When it comes to buying houses, our ability to relate to older generations wanes. Millennials (and even 'Generation Y') have grown up accepting defeat when it comes to financial independence; difficulty in finding jobs (and holding on to them) and the acknowledgement that it will be near impossible to step a foot on the property ladder is our reality.
Us Londoners, especially, laugh at the prospect of ever winning the keys to our own place – we can barely afford a shoebox room in Zone 3 (even when we're sharing with housemates/a partner). Our destiny is renting until we are inevitably priced out altogether.
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While the housing situation is bleak, ‘Generation Rent’ (as we are so called), have become almost desensitised to the onslaught of bad news upon bad news when it comes to housing. However, new depressing statistics have slashed our hopeful ‘on day things must turn around’ singsong. As reported by Cosmopolitan UK, the organisation Shelter has worked out the salary first-time buyers need to be earning at this very moment in time if they want to buy a house by 2020. You might want to sit down for this.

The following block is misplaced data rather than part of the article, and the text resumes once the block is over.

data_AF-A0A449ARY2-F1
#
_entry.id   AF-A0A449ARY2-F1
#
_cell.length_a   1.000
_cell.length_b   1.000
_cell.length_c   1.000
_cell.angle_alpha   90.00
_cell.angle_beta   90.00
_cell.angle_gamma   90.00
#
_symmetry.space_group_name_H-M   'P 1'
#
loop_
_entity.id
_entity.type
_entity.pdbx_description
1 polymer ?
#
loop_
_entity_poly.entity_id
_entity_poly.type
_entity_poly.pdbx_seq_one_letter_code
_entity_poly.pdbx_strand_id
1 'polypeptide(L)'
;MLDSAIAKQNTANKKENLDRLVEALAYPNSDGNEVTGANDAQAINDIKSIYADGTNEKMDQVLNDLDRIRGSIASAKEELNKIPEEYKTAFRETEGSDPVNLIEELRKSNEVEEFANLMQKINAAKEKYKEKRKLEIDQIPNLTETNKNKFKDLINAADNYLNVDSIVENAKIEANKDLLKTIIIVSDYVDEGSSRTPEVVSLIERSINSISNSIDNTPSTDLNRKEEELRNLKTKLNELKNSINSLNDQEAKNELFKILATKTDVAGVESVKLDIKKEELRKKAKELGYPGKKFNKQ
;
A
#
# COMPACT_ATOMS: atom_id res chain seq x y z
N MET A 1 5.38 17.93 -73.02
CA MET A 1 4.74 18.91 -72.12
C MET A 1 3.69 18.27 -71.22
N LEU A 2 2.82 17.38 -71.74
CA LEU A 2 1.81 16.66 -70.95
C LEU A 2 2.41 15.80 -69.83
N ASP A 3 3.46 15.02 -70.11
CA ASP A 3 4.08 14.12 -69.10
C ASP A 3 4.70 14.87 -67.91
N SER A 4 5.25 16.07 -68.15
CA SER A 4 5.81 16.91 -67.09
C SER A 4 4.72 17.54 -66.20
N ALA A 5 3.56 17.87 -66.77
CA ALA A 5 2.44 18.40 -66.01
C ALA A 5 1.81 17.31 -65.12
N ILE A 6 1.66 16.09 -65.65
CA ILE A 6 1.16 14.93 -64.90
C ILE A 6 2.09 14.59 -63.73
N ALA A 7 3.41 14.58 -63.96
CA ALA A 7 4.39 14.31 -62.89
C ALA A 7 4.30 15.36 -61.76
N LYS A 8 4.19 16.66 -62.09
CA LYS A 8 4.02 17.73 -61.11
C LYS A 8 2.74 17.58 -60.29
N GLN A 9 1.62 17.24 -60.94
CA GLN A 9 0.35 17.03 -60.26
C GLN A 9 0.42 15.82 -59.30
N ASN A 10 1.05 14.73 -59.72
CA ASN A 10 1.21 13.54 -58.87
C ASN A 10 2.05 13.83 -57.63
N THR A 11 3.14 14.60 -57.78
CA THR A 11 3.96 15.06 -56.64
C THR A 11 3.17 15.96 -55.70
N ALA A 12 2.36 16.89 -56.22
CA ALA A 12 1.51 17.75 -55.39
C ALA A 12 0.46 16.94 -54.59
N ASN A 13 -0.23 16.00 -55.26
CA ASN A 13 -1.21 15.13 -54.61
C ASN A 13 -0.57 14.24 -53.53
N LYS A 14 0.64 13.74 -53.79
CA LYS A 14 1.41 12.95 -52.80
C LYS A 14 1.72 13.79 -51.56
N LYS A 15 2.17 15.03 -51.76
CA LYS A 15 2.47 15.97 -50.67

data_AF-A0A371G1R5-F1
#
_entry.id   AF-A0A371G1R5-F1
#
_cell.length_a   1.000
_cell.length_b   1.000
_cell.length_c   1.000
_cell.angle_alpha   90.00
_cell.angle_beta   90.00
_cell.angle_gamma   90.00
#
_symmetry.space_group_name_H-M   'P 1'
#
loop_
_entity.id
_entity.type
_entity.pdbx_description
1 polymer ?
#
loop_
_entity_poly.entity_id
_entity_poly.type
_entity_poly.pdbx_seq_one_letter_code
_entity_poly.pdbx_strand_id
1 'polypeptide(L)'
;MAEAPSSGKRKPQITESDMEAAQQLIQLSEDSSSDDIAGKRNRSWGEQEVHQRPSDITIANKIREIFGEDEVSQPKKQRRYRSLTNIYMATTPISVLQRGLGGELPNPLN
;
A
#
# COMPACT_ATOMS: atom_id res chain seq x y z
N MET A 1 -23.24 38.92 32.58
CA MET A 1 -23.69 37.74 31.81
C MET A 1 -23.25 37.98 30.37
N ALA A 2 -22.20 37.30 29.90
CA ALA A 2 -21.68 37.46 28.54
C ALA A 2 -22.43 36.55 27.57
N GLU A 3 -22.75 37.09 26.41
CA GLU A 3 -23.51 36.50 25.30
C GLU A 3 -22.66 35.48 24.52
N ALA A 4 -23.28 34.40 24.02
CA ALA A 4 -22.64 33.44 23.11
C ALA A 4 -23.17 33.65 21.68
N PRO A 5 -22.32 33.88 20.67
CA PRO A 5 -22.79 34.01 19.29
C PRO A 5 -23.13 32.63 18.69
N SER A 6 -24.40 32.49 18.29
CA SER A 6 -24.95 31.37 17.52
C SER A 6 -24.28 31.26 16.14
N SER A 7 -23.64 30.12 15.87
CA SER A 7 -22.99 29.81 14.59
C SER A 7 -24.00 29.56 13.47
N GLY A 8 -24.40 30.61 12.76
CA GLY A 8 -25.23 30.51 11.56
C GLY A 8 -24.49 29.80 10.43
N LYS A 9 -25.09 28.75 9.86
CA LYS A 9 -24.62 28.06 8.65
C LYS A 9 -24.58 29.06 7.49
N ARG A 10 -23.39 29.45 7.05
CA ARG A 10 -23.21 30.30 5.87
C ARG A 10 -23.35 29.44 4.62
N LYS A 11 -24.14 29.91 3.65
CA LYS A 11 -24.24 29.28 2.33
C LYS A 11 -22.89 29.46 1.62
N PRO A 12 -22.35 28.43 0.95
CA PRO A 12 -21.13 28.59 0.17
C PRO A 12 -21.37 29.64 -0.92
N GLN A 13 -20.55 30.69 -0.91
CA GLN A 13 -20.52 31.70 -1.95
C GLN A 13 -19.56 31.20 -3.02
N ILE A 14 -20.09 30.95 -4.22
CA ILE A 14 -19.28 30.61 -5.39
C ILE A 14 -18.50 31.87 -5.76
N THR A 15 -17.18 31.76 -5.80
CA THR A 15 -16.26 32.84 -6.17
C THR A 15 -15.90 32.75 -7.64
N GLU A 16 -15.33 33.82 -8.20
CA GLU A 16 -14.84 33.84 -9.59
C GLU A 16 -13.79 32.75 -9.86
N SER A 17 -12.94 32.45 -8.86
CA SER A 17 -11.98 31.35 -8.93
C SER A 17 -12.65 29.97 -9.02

The organisation has estimated that first-time buyers need to be earning £64,000 a year if they hope to own a house within in the next three years. Ouch.
Currently, the average UK salary is £27,600 according to the Annual Survey of Hours and Earnings (ASHE). Even if you can’t do the maths, you can see that this is less than half what Shelter estimate we need to be earning.
While UK house prices do vary wildly in different places, the stats are based on UK-wide averages. When the salary predictions were first released last year, Shelter’s Chief Executive Campbell Robb said: ‘When house prices are increasing six times faster than the average wage, it's no wonder people on ordinary incomes are being locked out of a home of their own.’
Shelter’s director of policy, Anne Baxendale, said: ‘When house prices are so out of step with wages, it’s no surprise that people are finding it near impossible to make the leap from renting to buying.’
‘It doesn't have to be like this,’ she told Cosmopolitan UK. ‘Rather than scraping around for second rate solutions, we need a whole new approach to housebuilding in order to deliver high quality homes that people on ordinary incomes can actually afford.’
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